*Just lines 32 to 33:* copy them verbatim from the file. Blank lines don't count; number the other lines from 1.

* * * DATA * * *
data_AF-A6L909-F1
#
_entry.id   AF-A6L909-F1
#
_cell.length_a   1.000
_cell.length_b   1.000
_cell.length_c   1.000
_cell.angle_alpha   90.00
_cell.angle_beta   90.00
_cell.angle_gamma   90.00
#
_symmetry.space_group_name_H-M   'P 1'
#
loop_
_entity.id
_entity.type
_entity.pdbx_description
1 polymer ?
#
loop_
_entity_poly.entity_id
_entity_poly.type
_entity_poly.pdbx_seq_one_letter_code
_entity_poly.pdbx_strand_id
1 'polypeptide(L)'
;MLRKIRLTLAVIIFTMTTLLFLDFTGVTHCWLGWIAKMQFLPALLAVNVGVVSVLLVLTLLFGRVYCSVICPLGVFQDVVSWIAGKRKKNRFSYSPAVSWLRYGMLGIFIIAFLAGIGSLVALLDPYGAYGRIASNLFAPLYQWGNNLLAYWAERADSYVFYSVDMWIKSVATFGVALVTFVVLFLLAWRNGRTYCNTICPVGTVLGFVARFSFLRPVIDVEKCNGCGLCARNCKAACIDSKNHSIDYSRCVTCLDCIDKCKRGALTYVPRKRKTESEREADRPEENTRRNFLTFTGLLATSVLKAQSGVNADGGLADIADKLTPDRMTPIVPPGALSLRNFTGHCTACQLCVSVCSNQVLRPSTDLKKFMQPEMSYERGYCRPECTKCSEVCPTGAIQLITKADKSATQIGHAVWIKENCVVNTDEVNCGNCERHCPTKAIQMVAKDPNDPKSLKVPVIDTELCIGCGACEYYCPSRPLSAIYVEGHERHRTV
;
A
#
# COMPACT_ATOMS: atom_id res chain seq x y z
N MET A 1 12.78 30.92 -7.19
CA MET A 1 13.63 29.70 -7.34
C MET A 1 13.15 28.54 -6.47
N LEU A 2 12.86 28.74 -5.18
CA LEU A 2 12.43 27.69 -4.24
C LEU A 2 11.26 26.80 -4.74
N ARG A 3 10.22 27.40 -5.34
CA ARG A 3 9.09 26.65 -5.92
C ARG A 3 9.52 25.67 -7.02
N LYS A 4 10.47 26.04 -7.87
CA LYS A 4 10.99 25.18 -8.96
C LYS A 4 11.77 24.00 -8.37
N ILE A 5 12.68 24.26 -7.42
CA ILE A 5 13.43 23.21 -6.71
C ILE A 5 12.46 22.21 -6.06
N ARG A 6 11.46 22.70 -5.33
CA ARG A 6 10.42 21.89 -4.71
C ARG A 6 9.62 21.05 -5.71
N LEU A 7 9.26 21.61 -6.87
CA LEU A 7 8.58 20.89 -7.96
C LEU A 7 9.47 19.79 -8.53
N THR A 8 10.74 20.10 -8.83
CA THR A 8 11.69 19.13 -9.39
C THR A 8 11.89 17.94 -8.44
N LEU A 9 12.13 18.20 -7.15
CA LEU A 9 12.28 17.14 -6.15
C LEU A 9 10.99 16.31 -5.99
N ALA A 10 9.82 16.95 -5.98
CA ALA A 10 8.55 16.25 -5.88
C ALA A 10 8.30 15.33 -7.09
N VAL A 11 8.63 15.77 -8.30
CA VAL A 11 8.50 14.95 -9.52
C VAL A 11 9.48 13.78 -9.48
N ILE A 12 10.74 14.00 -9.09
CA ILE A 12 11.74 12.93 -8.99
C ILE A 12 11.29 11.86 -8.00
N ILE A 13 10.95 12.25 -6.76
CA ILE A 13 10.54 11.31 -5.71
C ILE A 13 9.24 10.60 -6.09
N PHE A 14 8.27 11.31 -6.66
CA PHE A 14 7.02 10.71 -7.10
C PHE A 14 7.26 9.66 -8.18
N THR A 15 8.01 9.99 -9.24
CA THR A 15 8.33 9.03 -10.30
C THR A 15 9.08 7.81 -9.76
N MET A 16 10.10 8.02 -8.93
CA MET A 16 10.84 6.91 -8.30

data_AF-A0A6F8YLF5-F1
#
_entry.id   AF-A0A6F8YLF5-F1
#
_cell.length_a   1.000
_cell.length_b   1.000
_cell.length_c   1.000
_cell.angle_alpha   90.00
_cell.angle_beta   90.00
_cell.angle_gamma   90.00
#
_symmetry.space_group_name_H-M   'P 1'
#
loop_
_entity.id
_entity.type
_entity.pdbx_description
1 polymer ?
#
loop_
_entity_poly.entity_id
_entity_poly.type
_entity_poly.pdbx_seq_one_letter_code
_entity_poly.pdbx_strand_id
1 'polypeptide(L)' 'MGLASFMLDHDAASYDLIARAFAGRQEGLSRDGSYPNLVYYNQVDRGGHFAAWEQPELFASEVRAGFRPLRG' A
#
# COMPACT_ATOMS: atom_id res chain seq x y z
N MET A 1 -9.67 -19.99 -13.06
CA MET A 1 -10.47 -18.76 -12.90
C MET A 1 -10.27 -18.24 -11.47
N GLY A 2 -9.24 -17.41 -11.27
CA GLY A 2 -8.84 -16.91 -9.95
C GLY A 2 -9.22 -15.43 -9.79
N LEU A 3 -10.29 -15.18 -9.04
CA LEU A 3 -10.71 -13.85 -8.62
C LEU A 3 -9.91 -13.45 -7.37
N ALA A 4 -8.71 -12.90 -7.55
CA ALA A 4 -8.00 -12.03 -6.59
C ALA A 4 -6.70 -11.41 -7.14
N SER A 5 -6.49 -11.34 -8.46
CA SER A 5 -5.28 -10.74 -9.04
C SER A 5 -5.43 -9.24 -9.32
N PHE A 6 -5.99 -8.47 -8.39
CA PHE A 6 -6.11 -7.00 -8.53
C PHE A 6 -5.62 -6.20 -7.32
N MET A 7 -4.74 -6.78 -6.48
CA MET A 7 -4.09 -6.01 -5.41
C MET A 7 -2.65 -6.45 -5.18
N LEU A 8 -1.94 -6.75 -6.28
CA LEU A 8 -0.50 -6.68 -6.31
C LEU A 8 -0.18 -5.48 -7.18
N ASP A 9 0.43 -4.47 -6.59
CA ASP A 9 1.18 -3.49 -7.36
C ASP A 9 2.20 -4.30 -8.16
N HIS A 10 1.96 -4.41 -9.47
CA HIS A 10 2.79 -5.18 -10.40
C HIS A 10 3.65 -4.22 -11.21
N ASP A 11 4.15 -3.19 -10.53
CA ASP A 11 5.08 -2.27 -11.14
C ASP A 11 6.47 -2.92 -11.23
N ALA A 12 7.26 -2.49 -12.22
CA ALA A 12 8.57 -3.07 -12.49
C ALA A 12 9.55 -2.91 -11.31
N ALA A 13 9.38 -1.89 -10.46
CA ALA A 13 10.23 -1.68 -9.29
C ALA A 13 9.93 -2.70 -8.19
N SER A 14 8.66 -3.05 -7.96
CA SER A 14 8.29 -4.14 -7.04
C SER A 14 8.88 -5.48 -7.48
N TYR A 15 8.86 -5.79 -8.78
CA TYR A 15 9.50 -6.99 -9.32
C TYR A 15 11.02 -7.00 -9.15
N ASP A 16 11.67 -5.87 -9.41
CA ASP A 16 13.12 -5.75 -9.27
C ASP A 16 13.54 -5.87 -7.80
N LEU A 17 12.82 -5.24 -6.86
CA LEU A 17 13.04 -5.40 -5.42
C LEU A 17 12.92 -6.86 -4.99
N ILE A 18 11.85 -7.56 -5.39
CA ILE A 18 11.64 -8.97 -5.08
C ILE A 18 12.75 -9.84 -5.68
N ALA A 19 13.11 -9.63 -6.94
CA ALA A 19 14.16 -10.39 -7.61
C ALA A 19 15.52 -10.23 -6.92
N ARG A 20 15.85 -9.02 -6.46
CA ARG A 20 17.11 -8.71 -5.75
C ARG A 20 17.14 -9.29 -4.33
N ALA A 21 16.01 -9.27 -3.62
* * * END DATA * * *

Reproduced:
CA MET A 1 13.63 29.70 -7.34
C MET A 1 13.15 28.54 -6.47